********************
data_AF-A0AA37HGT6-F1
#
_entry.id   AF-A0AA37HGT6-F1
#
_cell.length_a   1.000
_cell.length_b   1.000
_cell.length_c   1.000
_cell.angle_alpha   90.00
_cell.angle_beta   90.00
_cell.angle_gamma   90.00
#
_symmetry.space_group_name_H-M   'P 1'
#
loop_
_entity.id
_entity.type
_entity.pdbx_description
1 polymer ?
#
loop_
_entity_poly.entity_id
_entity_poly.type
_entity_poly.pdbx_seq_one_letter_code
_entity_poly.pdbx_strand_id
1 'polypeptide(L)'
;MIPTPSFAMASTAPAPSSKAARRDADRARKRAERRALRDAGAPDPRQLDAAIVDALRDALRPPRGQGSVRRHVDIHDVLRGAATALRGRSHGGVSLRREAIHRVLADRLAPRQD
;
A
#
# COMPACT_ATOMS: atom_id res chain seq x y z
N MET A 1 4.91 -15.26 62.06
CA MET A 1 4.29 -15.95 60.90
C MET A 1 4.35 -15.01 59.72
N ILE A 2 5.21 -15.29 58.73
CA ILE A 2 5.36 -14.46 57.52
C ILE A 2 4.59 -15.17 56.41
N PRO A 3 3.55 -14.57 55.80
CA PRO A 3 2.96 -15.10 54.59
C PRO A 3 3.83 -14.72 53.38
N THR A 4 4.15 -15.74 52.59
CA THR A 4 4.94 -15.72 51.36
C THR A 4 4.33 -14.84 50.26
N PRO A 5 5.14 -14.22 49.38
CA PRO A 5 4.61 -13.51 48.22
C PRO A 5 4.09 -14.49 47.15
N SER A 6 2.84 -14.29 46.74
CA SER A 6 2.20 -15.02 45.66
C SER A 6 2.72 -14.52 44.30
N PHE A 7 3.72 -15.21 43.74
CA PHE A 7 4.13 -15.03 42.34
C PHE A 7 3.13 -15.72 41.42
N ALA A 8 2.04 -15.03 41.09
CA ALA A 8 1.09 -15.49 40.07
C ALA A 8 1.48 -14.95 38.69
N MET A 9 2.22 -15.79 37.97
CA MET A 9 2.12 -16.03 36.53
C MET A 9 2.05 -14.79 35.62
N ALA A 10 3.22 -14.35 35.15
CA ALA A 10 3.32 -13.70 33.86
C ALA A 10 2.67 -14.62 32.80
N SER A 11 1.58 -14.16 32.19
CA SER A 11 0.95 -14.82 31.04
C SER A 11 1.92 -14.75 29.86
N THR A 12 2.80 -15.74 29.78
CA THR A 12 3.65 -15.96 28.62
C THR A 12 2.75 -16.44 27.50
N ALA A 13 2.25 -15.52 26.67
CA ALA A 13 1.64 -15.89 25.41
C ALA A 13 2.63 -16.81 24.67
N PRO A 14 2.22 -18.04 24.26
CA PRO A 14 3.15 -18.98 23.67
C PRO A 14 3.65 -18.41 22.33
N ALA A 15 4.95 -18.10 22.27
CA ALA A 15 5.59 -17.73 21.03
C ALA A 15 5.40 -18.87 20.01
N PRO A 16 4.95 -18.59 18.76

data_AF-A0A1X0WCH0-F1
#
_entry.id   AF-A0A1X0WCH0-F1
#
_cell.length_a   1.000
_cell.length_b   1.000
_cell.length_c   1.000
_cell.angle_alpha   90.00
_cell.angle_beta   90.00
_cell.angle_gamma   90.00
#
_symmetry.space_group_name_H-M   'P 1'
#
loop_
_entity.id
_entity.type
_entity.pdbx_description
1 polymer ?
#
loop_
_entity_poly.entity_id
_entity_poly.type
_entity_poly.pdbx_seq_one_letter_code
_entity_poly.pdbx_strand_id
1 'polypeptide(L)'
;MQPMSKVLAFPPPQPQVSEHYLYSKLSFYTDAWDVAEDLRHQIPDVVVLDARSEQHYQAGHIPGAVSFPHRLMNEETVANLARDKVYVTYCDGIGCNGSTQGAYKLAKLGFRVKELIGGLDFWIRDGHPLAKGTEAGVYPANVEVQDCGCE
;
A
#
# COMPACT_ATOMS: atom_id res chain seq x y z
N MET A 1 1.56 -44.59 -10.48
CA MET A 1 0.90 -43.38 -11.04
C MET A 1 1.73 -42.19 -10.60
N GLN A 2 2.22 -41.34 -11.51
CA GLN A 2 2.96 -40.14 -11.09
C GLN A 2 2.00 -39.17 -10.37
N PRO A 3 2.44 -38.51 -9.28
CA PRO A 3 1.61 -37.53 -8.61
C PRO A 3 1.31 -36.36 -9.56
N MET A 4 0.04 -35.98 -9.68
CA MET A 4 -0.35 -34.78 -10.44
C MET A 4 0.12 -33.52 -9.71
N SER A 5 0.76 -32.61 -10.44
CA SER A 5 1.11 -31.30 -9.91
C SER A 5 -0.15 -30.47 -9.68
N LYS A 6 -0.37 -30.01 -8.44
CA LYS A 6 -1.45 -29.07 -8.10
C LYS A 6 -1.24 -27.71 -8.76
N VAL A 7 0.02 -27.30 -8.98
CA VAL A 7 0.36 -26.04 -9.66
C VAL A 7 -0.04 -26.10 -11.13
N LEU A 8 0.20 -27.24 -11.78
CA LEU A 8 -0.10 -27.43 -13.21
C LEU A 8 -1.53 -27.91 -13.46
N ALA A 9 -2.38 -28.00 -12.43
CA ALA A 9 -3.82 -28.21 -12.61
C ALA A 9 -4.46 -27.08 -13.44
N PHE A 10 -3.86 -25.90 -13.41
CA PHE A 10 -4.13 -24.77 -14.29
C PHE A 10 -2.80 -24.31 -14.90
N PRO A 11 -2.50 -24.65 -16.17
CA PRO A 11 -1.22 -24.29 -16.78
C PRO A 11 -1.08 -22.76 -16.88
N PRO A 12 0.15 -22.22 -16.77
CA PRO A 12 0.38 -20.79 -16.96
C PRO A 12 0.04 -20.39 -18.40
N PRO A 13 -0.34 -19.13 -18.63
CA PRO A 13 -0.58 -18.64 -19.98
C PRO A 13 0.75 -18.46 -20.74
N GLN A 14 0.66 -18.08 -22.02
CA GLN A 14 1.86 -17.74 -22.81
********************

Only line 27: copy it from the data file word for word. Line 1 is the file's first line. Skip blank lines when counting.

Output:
;